TELUSHKIN: Leave nerds alone

If you’ve ever seen a high school yearbook, you’ve undoubtedly come across the quote attributed to Mark Twain: “I’ve never let schooling get in the way of my education.” Sometimes, this seems to categorize Yalies’ feelings about classes all too well.

As a friend of mine once put it, “going to classes is the price we pay for being at Yale.” (As another friend pointed out — no, actually, $50,000 is the price we pay for going to Yale.) Yalies are happy, and we are so proud about being happy, and all that happiness comes from all these awesome, fulfilling, other-than-sitting-in-a-library things we do. Which is great! I love my friends and activities too. But when I hear friends complain about section jerks (more commonly known by a slightly more graphic term), I get frustrated. It can seem like we have forgotten that we are primarily students.

I’m not talking here about the kid who dominates section or a seminar with nothing to say. That person sucks, all agreed. Don’t say something unless you are genuinely excited to say it. Done.

No, I’m talking about the other kid, the freshman who shows up with his reading all highlighted and annotated and with accompanying notes — the kid who asks clarification questions a minute before section is supposed to end, as if maliciously not realizing nobody else cares. I’ve even heard of a kid who printed out every article from the footnotes of his reading.

Typical responses to such reports: ew, gross, ugh and who does that? Someone who does all of his or her reading? Does their best to never miss a lecture? Either it’s a freshman that will soon learn the folly of his ways, or it must be a section jerk.

Guys. I get it. There are days when I too sit in bed listening to Leonard Cohen and eating Ritz crackers, laughing at the thought of 9 a.m. courses. But seriously. For many of us, college is the last time we will ever be students, have the luxury to learn about things formally just because they interest us. Let’s give the kids some slack. Shouldn’t it be admirable they care so much?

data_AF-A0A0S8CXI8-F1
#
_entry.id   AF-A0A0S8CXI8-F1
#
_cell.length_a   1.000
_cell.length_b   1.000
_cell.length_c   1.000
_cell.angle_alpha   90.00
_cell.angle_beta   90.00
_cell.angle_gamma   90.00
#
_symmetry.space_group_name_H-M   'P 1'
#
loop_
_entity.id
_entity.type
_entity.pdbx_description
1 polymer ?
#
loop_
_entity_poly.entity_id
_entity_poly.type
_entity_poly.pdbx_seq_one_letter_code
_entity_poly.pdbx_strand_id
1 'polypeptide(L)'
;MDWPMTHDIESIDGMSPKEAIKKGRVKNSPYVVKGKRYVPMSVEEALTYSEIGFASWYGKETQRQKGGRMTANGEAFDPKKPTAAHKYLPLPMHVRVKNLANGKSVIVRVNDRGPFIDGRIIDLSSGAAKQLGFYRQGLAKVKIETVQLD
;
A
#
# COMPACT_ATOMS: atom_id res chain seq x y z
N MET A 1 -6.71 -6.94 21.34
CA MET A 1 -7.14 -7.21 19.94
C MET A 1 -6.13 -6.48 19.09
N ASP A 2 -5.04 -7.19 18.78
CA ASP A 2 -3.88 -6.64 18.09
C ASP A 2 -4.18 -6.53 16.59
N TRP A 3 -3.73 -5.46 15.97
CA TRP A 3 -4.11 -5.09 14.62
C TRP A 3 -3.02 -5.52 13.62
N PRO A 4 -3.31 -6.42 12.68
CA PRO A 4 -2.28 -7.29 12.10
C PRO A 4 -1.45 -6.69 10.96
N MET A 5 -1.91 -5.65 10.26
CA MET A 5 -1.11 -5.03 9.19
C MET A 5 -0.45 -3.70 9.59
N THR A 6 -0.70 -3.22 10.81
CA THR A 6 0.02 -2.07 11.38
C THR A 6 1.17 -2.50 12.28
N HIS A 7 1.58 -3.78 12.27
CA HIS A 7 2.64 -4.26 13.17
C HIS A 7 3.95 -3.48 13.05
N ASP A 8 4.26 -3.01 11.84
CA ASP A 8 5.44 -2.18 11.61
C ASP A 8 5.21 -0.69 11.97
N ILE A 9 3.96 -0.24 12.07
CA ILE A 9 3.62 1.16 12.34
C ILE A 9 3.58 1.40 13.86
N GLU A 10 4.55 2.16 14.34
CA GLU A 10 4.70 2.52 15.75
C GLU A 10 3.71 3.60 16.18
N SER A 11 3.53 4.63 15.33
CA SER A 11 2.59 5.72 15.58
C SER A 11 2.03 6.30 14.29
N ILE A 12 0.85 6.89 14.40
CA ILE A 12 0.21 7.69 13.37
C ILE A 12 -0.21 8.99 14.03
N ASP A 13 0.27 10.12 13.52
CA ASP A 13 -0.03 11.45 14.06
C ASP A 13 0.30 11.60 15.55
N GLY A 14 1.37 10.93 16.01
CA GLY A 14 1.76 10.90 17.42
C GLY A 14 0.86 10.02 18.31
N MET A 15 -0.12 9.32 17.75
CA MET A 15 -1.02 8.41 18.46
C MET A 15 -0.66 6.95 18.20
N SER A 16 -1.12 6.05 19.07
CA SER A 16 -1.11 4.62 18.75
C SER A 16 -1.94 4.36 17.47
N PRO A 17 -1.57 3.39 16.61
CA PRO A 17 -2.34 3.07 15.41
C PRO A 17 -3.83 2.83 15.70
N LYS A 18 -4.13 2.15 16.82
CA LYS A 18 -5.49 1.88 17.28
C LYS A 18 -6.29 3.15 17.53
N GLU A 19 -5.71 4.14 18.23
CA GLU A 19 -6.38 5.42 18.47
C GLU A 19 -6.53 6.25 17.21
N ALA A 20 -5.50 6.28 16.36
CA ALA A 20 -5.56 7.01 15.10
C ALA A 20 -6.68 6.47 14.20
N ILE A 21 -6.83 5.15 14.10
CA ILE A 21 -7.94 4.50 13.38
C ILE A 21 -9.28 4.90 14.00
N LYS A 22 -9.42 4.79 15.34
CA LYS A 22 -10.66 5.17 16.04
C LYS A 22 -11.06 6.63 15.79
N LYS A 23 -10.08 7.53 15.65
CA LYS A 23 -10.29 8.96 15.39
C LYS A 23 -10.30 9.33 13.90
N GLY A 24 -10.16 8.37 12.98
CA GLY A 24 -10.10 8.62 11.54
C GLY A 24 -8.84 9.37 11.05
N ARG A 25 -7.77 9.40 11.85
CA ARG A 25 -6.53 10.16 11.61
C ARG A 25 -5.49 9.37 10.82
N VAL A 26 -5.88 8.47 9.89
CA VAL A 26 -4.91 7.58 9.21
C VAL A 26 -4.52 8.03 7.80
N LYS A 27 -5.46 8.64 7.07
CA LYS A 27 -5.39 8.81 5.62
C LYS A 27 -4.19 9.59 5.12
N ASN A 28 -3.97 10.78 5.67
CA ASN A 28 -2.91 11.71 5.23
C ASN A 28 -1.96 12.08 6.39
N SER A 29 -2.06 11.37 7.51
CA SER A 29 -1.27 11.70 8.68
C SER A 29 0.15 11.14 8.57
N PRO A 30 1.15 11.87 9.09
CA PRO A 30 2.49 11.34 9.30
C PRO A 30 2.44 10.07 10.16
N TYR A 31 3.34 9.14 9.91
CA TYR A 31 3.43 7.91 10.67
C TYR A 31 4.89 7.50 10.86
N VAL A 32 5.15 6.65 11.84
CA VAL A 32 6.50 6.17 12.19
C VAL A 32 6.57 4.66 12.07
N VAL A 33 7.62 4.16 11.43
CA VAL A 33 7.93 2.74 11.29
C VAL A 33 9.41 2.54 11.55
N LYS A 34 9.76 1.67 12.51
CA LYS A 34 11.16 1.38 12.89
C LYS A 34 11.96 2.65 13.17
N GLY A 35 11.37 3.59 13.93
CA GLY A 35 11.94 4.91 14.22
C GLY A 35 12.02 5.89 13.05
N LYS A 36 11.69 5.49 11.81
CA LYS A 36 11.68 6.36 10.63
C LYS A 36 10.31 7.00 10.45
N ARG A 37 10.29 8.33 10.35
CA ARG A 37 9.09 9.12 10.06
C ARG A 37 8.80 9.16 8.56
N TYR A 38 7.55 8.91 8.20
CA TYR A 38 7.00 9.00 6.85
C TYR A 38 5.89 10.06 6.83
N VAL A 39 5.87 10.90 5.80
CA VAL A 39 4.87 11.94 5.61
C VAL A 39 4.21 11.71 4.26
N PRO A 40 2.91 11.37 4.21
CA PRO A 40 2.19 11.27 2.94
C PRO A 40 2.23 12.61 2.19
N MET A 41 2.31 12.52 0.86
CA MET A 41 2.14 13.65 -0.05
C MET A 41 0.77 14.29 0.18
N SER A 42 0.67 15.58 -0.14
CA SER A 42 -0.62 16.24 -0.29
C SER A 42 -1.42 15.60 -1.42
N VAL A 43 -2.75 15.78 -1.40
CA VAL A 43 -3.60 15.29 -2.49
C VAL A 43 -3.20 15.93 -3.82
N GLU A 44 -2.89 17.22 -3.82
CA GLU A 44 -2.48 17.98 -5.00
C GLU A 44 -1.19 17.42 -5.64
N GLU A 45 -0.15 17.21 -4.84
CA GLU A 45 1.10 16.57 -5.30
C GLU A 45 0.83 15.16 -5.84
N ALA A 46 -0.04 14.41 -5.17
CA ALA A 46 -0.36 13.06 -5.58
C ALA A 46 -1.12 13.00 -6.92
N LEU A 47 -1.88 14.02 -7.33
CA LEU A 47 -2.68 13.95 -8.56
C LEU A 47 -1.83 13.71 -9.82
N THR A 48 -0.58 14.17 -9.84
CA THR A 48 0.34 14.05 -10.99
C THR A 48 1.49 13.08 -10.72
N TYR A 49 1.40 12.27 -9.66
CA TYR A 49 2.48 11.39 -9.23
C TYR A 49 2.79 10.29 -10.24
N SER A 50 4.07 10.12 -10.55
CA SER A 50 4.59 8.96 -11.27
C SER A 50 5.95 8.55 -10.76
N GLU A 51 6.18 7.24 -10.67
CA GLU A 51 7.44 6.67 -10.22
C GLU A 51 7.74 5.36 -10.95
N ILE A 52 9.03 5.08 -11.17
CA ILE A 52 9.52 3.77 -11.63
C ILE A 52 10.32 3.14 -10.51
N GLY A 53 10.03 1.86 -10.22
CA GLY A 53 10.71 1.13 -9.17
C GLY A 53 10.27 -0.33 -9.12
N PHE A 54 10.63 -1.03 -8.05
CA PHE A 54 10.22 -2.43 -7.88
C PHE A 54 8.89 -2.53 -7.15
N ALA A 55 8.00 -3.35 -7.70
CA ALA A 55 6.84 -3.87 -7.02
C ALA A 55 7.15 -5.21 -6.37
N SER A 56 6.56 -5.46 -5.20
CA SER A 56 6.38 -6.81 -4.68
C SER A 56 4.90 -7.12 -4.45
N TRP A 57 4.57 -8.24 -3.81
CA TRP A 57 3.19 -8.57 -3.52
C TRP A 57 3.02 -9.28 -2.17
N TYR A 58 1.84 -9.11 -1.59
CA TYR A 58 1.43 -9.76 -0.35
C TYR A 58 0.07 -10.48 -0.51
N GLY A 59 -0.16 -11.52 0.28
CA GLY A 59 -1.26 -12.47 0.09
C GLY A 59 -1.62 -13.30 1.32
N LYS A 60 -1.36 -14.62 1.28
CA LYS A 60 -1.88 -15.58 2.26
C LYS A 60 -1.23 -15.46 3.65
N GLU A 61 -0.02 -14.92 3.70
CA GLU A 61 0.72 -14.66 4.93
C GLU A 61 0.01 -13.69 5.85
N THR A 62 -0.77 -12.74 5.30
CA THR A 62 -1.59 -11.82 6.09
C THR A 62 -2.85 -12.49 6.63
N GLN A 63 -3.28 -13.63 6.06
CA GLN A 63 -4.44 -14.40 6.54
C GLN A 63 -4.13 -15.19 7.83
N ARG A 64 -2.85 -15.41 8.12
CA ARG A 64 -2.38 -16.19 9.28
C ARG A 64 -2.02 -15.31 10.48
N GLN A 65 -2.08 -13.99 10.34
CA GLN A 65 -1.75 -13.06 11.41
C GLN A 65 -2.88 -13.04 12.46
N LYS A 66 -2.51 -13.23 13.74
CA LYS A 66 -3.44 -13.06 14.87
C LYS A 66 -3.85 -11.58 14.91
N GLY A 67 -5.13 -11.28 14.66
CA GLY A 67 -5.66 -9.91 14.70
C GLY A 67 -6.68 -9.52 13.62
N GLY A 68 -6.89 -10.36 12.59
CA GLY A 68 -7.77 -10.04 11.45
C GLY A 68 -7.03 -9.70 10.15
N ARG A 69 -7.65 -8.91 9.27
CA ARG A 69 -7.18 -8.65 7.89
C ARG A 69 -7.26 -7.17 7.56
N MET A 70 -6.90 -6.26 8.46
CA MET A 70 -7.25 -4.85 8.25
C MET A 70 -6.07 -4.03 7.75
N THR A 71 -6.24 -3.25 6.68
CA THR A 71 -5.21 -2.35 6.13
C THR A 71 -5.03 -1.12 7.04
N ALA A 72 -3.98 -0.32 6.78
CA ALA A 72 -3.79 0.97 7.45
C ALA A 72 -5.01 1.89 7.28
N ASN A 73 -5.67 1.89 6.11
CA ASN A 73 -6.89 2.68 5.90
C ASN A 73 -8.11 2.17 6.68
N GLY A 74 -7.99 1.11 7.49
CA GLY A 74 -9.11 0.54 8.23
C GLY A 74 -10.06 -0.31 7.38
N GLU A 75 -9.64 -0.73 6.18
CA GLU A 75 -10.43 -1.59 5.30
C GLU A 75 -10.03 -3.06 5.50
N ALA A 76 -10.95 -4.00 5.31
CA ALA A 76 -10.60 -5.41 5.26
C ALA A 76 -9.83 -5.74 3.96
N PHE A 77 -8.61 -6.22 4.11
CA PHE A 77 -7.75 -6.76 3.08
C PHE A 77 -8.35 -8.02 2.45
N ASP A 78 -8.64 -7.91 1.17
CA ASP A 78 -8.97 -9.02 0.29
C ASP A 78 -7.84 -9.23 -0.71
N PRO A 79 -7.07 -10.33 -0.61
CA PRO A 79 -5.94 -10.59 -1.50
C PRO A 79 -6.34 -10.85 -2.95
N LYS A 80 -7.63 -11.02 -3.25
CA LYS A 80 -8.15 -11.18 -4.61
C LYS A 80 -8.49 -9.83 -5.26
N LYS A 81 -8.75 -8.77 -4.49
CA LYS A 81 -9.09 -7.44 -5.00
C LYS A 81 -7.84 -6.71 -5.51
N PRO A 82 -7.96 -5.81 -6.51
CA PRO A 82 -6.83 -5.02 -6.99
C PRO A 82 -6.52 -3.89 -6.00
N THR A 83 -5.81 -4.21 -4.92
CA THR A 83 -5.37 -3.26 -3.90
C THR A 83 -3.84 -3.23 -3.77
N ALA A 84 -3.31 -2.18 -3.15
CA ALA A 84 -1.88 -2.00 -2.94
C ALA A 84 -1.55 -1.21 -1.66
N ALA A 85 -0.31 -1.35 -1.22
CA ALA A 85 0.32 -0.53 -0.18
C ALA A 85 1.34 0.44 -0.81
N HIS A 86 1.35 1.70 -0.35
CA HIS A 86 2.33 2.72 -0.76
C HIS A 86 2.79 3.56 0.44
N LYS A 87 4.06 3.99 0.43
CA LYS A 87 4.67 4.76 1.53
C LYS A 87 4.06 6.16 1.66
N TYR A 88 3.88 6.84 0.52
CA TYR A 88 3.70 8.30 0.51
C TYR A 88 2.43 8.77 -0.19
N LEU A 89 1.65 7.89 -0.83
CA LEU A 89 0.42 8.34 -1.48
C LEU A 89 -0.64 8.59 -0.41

Frankly, I’m jealous. There are times in seminar I feel I’ve cheated myself, knowing I will probably never again return to these texts, authors and ideas. As a campus, social pressure should encourage, not discourage, people to work as hard as they can in their classes.

Unfortunately, working hard has a bad rep. If two kids both get As on a paper but one spent hours working on it and the other wrote it in 30 minutes, then logic tells us the second kid must be smarter. Therefore, by admitting you work really hard, you place yourself in the not-the-most-brilliant kid category, because you can’t write papers the morning of and gets As. Nobody wants that.

This creates a culture, kind of like being elect, where people need to act like they are one of the chosen. We start our papers at 5 a.m. because, you know, there was that thing last night, and we, the special, can get away with it. Students boast about writing papers that say nothing but get good grades, about amazing a professor without having done any of the reading — we admire this famous BSing, this admission that we bluff through a good amount of our academic input, this admission that we don’t care and that most of our comments lack substance.

That approach, understandable as it is, saddens me. I don’t care how hard you have to work — or don’t have to work — to get by in a course. Such a criteria does away with learning for the sake of learning, valuing doing your personal best and gaining knowledge because you love it. Rarely have I heard of someone who started a paper early because she cared about the subject and wanted to really write the best possible paper. Such a comment, I imagine, would be embarrassing to admit.

I’m not saying we should all feel guilty and time our lunches to maximize reading time, but students who deviate from the norm of being satisfied with a lot of BSing deserve respect, not eye-rolling. We are Yale students. We are here to learn, not only to network and socialize and enjoy the shortest, gladdest years of life.

Of course, your identity as a student need not define your time here if you don’t want it to. You can get a great education out of Yale while avoiding as much school as possible. And being a student doesn’t have to translate into doing all your reading, tracking down obscure sources in the Beinecke in your spare time or learning Nietzsche weekly with a friend for fun. But let’s stop making fun of the kids who do.

Shira Telushkin is a sophomore in Pierson College. Contact her at shira.telushkin@yale.edu.

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